Now, you’d think not including the gay community’s number one immigration priority in the immigration bill would make gay groups and our allies less than happy. You’d be wrong. You see, they explained, because some 3% of the public is supposedly gay (and I’ve never bought that study, but that’s the conventional wisdom nowadays), we can then assume that slightly less than 3% of the immigration bill’s beneficiaries are gay. And if there are 11 million beneficiaries of the immigration bill, then 267,000 of them must be gay – thus making this the GAYEST BILL EVER.
Of course, under that logic, the Bush tax cuts would also be the gayest bill ever as gays are probably 3% of US taxpayers too. (And National Ice Cream Day would also be the gayest thing ever, since 3% of ice cream manufacturers are likely gay, and thus perhaps it should be renamed National Ice Cream Gay to celebrate our great victory.)
All kidding aside, claiming that any legislation that affects gay people is “gay” legislation effectively makes every piece of legislation “gay.” Which is a bit ludicrous.
But the impact is far more nefarious than simply watering down the definition of gay. If the immigration bill can explicitly kick out gay couples from its benefits, but the bill remains the gayest bill ever, then we’re faced with an awful paradox: We could lose the only thing we’re fighting for in a piece of legislation and still that legislation would be our biggest victory ever. Which creates a situation in which we never have to win again, because our losses will always be our bigest victories simply because some of the people benefiting from the bill will be incidentally gay.
And that I fear was the entire point of coming up with this suspect 267,000 figure in the first place. It permitted a select number of gay, immigration and progressive groups to paint immigration reform as “gay,” while knowing (and colluding in the fact?) that gays would never get their number one priority in the bill. But by convincing the gay community that “267,000 gays” would benefit from the immigration bill regardless, they hoped to confuse the gay community into accepting defeat as victory, and using our well-known political power, and money, to help pass a bill that basically slapped us in the face.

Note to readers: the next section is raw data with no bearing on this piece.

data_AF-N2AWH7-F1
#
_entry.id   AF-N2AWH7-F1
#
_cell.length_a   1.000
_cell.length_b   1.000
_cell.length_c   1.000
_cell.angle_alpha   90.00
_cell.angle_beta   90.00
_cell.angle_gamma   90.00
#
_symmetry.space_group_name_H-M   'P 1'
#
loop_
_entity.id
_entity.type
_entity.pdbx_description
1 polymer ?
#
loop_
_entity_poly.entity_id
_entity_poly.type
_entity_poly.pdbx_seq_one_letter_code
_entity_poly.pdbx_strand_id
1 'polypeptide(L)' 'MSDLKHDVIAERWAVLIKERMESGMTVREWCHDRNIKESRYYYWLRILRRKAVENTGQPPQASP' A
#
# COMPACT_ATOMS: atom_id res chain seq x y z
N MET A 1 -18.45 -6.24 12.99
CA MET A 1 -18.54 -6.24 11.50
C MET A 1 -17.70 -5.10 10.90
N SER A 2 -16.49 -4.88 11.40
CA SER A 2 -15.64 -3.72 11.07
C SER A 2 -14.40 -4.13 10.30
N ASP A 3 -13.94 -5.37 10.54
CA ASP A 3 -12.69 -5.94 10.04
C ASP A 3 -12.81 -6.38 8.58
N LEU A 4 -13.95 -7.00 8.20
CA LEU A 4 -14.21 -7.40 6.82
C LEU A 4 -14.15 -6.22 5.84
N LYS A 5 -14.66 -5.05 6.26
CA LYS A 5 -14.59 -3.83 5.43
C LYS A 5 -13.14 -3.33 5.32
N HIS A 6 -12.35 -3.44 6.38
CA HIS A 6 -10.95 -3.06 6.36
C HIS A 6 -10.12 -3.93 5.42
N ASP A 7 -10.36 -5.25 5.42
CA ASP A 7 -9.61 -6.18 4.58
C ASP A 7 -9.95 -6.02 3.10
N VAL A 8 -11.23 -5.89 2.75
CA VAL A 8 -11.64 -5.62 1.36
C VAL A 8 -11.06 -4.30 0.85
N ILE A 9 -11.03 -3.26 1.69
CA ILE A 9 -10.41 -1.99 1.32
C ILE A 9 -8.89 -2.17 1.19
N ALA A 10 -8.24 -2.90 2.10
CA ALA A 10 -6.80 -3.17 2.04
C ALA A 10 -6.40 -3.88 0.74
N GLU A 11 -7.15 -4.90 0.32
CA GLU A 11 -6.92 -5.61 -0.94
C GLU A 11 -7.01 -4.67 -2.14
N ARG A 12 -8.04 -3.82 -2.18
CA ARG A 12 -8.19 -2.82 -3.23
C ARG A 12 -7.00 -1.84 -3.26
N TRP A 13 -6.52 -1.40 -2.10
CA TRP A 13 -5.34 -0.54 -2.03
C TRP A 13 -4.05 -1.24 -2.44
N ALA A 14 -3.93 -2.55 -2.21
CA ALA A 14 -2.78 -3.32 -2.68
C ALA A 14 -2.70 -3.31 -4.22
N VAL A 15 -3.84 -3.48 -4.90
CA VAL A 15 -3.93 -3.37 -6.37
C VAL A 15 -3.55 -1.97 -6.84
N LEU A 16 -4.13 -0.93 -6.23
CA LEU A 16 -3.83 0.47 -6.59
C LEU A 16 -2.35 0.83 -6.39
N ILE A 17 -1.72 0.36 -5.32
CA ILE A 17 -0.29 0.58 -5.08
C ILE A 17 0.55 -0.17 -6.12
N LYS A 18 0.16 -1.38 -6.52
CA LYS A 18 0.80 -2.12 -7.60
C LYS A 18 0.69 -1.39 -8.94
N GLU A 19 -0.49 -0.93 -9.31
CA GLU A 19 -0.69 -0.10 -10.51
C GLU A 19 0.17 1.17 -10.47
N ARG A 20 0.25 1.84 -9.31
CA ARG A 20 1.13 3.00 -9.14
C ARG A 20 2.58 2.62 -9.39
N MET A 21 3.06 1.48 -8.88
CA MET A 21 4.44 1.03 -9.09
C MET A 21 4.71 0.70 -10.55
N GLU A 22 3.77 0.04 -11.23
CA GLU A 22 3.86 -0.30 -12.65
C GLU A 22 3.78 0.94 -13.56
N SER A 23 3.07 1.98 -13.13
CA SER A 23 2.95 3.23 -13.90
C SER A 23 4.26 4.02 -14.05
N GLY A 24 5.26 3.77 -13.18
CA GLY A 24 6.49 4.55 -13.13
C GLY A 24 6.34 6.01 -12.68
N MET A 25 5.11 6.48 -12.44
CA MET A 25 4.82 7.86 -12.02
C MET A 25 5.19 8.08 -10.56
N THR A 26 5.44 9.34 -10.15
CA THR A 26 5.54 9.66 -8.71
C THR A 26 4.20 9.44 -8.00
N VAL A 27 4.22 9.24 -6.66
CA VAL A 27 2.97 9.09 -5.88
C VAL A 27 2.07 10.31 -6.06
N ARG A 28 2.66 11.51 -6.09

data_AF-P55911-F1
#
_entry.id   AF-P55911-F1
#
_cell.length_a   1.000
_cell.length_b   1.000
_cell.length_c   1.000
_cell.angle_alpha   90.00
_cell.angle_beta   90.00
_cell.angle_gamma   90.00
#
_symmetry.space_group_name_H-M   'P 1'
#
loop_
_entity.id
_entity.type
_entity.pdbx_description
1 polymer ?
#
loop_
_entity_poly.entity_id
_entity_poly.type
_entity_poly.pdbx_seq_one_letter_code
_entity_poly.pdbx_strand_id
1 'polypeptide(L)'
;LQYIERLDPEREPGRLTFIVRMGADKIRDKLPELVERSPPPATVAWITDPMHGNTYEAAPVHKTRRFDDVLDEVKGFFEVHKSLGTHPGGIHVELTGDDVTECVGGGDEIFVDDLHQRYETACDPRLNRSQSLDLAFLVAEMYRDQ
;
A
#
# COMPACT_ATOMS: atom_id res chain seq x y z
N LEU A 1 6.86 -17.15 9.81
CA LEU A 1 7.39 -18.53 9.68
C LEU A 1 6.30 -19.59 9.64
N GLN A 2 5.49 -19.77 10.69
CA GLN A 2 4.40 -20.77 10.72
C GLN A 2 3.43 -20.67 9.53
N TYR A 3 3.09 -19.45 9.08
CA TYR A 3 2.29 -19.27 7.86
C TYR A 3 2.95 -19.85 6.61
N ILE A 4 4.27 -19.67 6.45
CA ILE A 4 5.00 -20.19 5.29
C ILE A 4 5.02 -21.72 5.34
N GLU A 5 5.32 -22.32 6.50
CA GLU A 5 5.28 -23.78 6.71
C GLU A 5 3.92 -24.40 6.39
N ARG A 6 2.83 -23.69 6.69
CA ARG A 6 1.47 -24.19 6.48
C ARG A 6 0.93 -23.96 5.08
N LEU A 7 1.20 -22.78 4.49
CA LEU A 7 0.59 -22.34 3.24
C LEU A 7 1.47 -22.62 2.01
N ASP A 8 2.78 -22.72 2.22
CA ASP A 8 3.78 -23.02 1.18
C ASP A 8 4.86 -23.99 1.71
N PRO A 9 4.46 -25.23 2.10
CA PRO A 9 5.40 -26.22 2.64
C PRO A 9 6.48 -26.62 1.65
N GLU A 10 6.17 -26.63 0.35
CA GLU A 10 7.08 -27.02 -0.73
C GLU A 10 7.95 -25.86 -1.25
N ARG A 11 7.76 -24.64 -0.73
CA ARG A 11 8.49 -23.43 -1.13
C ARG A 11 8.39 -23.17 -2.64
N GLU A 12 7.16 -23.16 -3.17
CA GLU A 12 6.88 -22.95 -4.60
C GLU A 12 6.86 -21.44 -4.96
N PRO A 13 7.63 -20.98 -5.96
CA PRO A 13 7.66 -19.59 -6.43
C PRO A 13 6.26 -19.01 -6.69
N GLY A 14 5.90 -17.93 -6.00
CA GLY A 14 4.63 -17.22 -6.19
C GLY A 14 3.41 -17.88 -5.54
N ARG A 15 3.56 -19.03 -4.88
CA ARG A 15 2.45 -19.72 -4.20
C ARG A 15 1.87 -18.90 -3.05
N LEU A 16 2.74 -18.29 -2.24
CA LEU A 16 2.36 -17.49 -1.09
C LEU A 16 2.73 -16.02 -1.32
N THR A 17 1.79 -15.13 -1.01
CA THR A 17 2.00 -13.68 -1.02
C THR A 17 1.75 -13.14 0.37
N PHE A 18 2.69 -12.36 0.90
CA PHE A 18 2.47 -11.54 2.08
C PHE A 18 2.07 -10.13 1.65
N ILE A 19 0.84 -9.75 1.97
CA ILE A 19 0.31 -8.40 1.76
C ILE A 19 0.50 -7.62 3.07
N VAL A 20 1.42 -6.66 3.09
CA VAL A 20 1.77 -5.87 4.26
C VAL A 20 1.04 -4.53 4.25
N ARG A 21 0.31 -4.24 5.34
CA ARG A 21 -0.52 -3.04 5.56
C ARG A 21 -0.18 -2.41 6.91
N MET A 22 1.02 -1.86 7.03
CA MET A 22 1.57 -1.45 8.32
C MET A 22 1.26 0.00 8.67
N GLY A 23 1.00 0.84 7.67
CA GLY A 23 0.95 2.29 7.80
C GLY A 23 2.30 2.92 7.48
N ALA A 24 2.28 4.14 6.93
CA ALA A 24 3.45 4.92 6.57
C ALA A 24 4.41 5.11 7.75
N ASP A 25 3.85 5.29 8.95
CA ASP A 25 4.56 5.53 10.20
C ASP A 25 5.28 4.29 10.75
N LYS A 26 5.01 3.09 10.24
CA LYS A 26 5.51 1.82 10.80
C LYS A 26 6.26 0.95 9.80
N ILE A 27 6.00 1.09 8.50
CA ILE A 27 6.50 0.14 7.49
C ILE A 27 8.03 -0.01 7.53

And what happened during the Senate committee mark-up yesterday? Durbin and Franken both used the 267,000 figure to justify dropping UAFA. Political homophobia became homophilia, they were bashing us because they loved us.
One other interesting point that I’d noted previously. The group that came up with the magical 267,000 figure gets funding from the Haas Foundation. And the Haas Foundation also funds most of the top gay and progressive groups, specifically on immigration advocacy – the Haas Foundation is a big supporter of the immigration bill. And at the same time, for some reason, those gay and progressive groups didn’t seem to do nearly enough to push for UAFA’s inclusion in this legislation (while other Democrats were publicly worrying about whether the gays would kill immigration reform). And finally, while not doing enough to push UAFA, those same groups kept talking about how we shouldn’t worry, because it’s still the gayest bill ever. I just find all of that an interesting coincidence.
It’s not about idealism, it’s about not even trying
In the end, this isn’t about idealism. And it isn’t about “naively” making the best the enemy of the good. It’s about not even trying.
No one is asking Democrats to kill the immigration bill if we can’t get gays included. We are asking Democrats, and immigration groups, and gay advocacy groups, and CAP to fight like hell for our inclusion and only to cave at the last minute if that’s what’s needed to pass the bill (and not to, by the way, mention any of this publicly). Instead, we got a lot of press releases, which are nice but useless, and a lot of people speaking publicly about how, gosh, maybe we should boot the gays in order to save the bill, apparently because gays are still sadly expendable in Democratic politics in 2013.
Oh, and we also didn’t get any of that famed angry gay advocacy that we saw with the repeal of DADT. I also found that interesting.
That is not a recipe for calling the Republicans’ bluff.
The final irony for gay binational couples (where one person is American and the other is a foreign national) is that those couples are basically being punished for obeying the law. Had gay couples broken the law, and stayed in the US illegally, they’d be covered by the immigration bill. But because they didn’t break the law, they just got thrown out of the bill that was supposed to help them in the first place.
Gayest bill ever, my ass.